A Balancing Act
The ingenious design of Trieste paved the way for other submersibles, manned and unmanned, to reach the deepest parts of the ocean. An interest in ballooning led Swiss physicist Auguste Piccard to invent the bathyscaph, meaning 'deep ship,' which could free dive in water without being attached to a cable.
Separate tanks in the bathyscaph's body held gasoline and water to provide buoyancy. To descend, Trieste's water tanks were filled and gasoline was released. Iron pellets, acting as ballast, were emptied out of two hoppers, causing her to rise to the surface. A delicate balance between floating, sinking, and speed control was needed to keep the vessel steady.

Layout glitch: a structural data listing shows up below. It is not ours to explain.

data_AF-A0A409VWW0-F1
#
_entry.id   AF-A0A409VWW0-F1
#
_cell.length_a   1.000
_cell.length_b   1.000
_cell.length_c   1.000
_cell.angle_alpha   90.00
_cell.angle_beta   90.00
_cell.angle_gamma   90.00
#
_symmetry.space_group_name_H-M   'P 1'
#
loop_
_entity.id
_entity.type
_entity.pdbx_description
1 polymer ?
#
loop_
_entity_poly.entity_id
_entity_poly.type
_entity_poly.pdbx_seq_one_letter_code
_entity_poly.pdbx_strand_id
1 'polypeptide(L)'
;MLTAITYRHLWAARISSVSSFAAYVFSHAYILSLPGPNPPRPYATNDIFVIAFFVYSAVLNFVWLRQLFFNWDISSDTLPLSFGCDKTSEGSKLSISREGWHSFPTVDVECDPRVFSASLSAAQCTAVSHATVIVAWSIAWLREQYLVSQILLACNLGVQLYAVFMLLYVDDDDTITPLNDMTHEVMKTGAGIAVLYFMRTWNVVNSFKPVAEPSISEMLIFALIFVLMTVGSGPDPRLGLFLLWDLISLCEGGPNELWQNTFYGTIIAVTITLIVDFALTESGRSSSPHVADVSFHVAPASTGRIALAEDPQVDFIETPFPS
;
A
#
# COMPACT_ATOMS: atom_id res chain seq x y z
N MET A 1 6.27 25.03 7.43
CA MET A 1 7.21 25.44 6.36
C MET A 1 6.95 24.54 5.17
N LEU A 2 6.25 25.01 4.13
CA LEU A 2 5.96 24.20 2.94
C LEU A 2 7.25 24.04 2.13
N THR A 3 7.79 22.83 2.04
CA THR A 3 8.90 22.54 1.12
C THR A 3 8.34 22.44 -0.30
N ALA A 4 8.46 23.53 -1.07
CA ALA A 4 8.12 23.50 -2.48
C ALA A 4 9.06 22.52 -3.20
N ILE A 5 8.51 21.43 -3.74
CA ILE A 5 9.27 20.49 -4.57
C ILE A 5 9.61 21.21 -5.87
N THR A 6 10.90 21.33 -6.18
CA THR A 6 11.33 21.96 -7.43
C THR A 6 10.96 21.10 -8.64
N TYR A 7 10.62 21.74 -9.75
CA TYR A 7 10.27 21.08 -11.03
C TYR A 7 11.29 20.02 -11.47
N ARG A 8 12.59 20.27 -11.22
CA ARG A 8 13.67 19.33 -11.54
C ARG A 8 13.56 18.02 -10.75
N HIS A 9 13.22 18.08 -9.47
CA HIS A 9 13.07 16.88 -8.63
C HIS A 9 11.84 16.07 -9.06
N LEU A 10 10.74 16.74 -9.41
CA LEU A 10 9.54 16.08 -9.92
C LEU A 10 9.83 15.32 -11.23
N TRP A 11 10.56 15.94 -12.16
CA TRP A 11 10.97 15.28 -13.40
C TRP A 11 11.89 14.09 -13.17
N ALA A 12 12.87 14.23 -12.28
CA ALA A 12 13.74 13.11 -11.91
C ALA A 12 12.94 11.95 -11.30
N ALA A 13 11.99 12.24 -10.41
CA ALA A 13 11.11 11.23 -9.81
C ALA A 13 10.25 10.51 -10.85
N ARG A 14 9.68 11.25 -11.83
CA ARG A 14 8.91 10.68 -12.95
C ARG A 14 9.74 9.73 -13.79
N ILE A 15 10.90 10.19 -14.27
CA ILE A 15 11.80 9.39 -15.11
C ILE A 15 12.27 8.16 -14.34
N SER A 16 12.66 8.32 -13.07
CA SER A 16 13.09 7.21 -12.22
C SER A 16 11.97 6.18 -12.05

Inspired by the bathyscaph's design and capabilities, more flexible, deep submergence vehicles (DSVs) were developed in the mid-1960s. Unlike Trieste, the U.S. Navy's Alvin class submarines could swiftly maneuver both vertically and horizontally. Today, Trieste remains the U.S. Navy's deepest diving submersible.
Image: NH 96807: U.S. Navy Bathyscaph Trieste. Drawing shows general arrangement of the bathyscaph's main arrangement. Released in connection with Trieste's record dive on January 23, 1960. U.S. Naval History and Heritage Command Photograph.